Mayor's Blog - Town Mayor Councillor D Wade

03 January 2020

I imagine we must all be looking on in horror at the events unfolding now in Australia. We think of the people who have lost their lives in the fires, of their families and friends, of the ruined forests and millions of animals lost.

My theme throughout this blog has been the urgency of the Climate and Ecological Emergency that Hythe Town Council has declared. What could possibly bring home that message more clearly than the catastrophe occurring now in Australia?

We all remember the disastrous fires in the Amazon a few months ago. Before that we had the terrible hurricanes destroying lives in the Caribbean and the Philippines.

Climate Breakdown means that extreme weather events will become ever more frequent and more severe as the planet’s atmosphere heats up.

We’ve been relatively lucky here in Hythe so far. We’ve had none of the terrible floods that have hit other parts of England. We are, however, very short of water here in the summers now; our streams and rivers run very low or run dry with disastrous effects on freshwater wildlife. We are also experiencing more frequent and more severe heatwaves with temperatures mounting into the mid-30s in mid-summer and sometimes staying there for days or even weeks, leading to the death or discomfort of some amongst us who are frail or unwell.

Our wildlife here in Hythe is also disappearing. I can personally remember when birds, bats, moths and butterflies were far more abundant here in Hythe. I used to see wasps, hover flies and hedgehogs frequently in my garden – but not any more.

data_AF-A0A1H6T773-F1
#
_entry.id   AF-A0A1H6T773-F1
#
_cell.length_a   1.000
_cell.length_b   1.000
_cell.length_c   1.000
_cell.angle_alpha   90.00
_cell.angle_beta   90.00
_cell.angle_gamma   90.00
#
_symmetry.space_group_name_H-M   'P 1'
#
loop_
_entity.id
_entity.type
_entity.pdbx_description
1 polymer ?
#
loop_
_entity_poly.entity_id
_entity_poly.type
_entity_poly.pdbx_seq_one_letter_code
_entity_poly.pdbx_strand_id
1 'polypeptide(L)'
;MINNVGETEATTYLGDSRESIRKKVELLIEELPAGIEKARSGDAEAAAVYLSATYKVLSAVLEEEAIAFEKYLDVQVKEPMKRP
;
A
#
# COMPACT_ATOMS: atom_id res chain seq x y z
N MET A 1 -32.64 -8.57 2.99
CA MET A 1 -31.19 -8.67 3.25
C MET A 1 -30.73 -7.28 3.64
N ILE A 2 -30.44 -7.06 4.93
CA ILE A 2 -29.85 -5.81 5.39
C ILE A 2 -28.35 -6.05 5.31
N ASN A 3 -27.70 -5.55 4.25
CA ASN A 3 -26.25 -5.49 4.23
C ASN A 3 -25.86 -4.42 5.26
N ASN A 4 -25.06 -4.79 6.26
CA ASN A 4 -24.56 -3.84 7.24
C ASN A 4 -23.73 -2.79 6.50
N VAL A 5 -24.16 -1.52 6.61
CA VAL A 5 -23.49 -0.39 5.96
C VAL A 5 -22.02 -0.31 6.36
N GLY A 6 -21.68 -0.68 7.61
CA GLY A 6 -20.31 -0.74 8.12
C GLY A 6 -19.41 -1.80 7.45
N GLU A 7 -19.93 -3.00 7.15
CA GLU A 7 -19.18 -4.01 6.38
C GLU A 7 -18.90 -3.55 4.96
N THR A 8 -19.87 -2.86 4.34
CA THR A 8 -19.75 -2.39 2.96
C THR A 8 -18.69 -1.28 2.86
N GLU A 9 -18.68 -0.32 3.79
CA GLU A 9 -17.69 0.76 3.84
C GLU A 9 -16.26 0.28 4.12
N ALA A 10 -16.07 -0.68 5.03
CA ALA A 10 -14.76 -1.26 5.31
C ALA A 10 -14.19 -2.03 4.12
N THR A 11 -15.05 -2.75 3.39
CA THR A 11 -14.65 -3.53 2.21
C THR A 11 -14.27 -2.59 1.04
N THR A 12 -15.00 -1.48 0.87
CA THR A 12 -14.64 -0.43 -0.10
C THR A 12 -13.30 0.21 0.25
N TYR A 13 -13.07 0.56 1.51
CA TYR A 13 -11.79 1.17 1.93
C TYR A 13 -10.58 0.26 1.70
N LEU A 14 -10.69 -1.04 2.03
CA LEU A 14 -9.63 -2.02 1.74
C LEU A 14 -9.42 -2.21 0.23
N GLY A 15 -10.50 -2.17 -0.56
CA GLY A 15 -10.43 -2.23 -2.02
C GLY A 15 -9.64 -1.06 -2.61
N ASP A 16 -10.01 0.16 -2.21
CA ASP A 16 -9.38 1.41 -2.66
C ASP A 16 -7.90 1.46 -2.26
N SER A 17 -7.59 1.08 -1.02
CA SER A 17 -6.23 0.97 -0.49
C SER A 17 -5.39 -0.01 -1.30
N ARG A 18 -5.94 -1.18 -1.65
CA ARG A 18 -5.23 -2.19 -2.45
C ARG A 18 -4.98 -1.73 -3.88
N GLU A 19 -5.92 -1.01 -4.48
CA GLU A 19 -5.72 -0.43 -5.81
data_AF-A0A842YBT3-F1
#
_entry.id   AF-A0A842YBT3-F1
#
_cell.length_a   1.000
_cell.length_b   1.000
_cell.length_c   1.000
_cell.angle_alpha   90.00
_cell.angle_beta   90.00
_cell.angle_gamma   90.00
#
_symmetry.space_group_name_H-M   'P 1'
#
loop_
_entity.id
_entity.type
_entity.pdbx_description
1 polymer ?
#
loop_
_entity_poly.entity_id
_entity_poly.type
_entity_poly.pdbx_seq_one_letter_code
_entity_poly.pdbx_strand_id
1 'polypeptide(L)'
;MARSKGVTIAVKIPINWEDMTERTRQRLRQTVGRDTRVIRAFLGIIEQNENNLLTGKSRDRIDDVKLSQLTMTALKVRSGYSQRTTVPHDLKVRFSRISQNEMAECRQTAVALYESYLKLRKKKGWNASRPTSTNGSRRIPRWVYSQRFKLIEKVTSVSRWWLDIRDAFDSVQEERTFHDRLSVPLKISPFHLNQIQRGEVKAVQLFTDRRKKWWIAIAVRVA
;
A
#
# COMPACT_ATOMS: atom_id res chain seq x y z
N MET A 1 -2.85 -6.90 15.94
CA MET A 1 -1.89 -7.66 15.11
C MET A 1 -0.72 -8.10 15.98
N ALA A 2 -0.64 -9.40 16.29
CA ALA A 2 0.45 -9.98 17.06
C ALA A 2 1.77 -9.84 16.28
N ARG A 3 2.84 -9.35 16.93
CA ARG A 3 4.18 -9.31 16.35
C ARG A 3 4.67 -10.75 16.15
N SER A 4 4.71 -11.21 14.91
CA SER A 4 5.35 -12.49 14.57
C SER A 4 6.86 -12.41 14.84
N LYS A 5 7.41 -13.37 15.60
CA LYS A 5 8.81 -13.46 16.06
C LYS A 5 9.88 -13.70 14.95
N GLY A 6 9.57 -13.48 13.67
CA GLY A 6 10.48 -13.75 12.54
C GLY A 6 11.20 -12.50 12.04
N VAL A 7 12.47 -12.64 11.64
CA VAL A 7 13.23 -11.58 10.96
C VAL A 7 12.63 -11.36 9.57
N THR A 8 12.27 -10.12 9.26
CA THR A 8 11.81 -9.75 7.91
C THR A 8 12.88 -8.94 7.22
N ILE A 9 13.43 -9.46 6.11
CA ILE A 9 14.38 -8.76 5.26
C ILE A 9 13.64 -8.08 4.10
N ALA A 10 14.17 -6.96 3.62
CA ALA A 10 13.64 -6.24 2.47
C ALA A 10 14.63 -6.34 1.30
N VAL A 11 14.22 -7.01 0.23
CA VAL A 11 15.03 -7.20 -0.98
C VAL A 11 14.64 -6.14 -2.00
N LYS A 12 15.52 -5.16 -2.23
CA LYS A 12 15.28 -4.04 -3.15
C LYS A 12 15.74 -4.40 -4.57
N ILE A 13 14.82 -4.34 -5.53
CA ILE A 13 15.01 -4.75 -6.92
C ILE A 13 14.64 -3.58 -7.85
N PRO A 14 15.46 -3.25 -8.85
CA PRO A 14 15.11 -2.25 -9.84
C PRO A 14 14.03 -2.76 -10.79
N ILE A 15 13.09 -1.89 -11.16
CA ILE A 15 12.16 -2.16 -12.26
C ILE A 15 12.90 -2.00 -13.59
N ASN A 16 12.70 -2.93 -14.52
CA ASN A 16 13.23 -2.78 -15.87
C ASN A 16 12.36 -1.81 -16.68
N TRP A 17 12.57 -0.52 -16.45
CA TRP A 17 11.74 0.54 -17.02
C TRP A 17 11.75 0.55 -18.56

Those who know the seas and rivers around here can attest to similar declines. Hythe used to be famous for its enormous shoals of herring. I’m told that sometimes the sea around here used to “boil” with mackerel. Big cod and codling used to be caught off Hythe. Our streams were full of trout, lampreys, and all manner of fish and eels.

Most serious of all, perhaps, is the issue of sea level rise.

Satellite pictures show the rapid decline of sea ice and land ice in the Arctic over the last 20 years. As the polar ice melts so sea levels rise. Most of Hythe is on a coastal flood plane. 800 years ago the sea came right up to Dental Street. You can still see the boulder outside Centuries at the bottom of Church Hill to which boats used to be moored.

At current rates of global warming, the sea will return to where it was, and higher, within 100 years. Our sea wall will not be able to hold back increasingly severe storm surges. The whole area around Stade Street and St Leonard’s Road will be lost. We won’t be able to defend Hythe, Palmarsh, West Hythe or Seabrook. The entire area will have to be evacuated and abandoned. Imagine the consequences of that on our society.

And this won’t just happen suddenly 100 years from now. If we don’t all act now and fight to cut carbon emissions then we’ll soon see a marked difference, 20, 40, 60 years from now.

At Hythe Town Council we are working to reduce our carbon footprint to zero by 2025. But, of course, that won’t solve the problem on its own. It’s only if we all act together, en masse, that we’ll bring about change in policies and practice. There’s still time to act. But not much.

Our young people here in Hythe know this. I attended a performance of the Lion King at Brockhill College recently with Councillor Graham and the message from the students there could not have been clearer. All the children, teachers and parents who were there that night will remember exactly what the young people were telling us:

Take responsibility. Act now. Before it’s too late…………………………………………………..